Tilapia farming—the way to go this year

3 years ago

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The Ministry of Agriculture and Fisheries will be embarking on a campaign this year aimed at increasing the production and consumption of tilapia as part of measures to grow the aquaculture industry.

         Making the disclosure after a tour of the Longville Park Farms in Clarendon last Monday Minister Floyd Green, noted that enormous opportunities exist for local tilapia and it is one of the subsectors that have seen growth despite the challenges brought on by COVID-19.

         “We are going to be doing a massive promotional drive for consumption and to dispel the myths, because the myths not only affect consumption, they affect people going into the industry. We want more people to go into the industry to fill the demand and to tap into the export market,”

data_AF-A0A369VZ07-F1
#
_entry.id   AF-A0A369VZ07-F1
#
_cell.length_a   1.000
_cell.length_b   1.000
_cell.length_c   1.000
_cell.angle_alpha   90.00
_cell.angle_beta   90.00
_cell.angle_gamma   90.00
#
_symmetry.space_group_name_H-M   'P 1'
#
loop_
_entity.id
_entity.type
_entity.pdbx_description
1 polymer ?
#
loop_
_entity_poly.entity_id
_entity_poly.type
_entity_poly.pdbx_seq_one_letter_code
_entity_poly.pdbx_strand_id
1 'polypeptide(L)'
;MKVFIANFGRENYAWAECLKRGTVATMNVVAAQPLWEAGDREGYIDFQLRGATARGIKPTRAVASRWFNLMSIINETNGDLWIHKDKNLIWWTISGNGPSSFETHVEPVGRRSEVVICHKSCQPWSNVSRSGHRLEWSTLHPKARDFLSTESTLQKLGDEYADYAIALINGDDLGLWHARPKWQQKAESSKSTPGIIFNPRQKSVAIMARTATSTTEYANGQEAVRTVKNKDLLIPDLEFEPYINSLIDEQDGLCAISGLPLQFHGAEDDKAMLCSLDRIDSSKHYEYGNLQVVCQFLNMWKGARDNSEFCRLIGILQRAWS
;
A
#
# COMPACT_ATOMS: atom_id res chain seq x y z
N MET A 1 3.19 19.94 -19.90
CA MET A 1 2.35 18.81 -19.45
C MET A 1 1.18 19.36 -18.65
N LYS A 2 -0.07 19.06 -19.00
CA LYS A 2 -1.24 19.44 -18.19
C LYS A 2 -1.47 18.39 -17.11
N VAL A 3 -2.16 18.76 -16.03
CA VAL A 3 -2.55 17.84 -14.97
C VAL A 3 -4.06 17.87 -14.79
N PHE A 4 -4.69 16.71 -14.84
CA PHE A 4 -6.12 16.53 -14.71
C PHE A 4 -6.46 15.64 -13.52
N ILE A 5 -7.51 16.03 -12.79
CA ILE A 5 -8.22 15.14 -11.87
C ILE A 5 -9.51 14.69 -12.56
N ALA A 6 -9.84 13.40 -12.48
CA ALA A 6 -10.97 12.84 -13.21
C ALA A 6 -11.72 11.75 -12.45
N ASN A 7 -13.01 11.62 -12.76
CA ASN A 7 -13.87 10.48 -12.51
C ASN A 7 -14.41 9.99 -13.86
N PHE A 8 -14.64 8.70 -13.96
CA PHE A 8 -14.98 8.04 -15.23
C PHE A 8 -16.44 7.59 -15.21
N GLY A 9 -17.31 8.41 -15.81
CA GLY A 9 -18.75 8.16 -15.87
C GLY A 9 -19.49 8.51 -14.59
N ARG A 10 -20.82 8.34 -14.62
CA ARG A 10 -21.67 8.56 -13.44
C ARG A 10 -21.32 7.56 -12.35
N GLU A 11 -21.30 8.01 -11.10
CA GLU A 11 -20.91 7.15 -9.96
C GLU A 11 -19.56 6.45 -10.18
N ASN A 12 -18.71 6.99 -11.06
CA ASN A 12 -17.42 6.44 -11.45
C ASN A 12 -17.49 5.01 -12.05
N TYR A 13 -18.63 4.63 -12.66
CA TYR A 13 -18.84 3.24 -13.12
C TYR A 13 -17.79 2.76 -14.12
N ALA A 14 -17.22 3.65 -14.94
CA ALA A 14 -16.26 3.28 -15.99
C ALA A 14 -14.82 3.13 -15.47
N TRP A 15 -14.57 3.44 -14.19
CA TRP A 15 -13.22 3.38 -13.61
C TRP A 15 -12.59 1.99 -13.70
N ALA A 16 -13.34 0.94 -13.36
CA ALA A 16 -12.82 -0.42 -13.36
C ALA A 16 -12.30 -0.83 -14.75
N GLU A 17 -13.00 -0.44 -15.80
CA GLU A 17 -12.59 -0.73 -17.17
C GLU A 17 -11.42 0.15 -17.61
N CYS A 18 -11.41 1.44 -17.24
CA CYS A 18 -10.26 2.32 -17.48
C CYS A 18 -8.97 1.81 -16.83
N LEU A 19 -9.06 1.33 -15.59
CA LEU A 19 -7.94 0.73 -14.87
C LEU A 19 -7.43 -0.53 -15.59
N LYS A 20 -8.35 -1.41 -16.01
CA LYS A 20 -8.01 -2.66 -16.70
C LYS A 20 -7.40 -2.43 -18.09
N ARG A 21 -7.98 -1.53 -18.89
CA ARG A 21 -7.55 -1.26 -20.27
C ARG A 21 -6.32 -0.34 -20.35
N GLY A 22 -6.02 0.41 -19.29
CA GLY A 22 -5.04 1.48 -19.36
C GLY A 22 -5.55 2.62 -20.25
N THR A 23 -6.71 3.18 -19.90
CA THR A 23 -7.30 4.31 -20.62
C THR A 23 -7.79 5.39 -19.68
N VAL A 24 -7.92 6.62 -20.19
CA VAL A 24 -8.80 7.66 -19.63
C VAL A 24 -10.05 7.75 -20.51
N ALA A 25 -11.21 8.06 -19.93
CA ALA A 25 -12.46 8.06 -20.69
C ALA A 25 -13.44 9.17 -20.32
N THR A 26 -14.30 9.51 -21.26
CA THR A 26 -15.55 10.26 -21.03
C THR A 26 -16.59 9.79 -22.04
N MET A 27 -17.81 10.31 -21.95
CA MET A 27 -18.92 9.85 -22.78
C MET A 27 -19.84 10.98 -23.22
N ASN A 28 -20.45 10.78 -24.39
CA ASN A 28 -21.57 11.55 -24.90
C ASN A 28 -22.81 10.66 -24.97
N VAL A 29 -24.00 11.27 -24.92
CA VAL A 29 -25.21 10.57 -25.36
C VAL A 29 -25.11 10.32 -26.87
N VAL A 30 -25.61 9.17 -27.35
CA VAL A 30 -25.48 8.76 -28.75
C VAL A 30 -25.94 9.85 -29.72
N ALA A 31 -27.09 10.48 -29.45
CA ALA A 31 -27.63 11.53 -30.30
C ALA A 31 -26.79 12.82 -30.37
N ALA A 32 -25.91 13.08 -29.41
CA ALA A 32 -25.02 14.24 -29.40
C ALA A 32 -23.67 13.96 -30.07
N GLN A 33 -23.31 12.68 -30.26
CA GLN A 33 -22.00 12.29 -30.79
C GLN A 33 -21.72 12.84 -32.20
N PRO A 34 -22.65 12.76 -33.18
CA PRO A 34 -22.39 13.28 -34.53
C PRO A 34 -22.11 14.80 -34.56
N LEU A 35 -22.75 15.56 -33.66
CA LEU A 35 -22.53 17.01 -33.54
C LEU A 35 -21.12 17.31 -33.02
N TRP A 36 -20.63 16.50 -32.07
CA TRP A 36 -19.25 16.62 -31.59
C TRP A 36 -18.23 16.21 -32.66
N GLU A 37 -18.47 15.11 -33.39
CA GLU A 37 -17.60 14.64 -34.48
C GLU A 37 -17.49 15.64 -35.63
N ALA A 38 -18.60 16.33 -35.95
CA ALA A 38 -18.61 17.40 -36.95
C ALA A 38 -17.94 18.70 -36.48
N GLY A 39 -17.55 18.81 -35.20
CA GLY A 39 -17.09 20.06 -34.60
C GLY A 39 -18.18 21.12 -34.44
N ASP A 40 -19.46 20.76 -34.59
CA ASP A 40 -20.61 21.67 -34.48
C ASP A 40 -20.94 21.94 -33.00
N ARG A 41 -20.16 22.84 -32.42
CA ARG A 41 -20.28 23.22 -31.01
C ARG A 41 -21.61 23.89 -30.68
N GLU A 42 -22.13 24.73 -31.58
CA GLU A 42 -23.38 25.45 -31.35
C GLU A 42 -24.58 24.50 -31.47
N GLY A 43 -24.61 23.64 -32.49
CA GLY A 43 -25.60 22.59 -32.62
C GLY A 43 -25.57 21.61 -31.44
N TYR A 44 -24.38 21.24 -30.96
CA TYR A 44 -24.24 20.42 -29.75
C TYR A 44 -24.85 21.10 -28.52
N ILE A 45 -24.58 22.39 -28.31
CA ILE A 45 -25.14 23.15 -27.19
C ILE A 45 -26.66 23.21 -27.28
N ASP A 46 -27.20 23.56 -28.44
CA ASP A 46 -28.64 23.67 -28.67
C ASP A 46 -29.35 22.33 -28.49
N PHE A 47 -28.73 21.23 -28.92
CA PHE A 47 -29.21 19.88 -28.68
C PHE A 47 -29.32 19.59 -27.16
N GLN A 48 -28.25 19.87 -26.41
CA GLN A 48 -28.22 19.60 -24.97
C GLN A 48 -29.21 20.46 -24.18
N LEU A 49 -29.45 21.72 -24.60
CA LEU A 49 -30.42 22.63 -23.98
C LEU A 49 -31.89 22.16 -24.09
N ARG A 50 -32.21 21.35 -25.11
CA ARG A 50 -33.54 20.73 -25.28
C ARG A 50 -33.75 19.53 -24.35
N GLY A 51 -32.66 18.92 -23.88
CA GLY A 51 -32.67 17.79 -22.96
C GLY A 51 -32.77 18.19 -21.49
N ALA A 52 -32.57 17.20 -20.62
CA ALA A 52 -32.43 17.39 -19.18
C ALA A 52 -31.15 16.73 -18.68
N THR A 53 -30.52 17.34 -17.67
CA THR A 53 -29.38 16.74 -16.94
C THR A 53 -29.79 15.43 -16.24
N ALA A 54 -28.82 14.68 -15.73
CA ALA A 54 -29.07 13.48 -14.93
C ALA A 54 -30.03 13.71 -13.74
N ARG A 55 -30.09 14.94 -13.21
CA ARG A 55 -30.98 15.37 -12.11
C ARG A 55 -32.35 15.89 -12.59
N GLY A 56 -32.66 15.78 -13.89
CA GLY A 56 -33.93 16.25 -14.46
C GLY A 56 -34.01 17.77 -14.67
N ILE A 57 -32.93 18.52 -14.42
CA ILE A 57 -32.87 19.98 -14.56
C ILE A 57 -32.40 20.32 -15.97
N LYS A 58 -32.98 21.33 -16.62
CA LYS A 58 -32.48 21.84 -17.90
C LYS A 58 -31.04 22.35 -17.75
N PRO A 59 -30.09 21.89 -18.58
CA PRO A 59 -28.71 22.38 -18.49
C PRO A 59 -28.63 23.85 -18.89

he pointed out.

         Noting that there is huge demand for freshwater fish, Minister Green said that

“unlike in other areas where COVID has created a challenging environment, this is one of the areas that we have seen growth”.

“We are seeing a 50 per cent to 100 per cent increase in demand for the fish,” he said, adding that the Ministry’s hatchery will be expanded to meet the growing needs of the sector.

         He lauded the operators of Longville Park Farms for employing the use of technology in the production of tilapia in order to make the facility profitable and sustainable.

          Owner of the farm, Donovan “Donnie” Bunting, pointed out that the aquaculture industry is a source of employment for many Jamaicans.

He said that farming tilapia is “economically sustainable”, noting that the fish can be grown on a totally vegetarian diet.

 Bunting said he wants to see a thriving tilapia sector that

 “employs hard-working Jamaicans and produces a sustainable, healthy, environmentally friendly, locally produced protein”.

“I am willing to share the extensive knowledge and data that I have amassed to fellow farmers and agriculture researchers,” he added.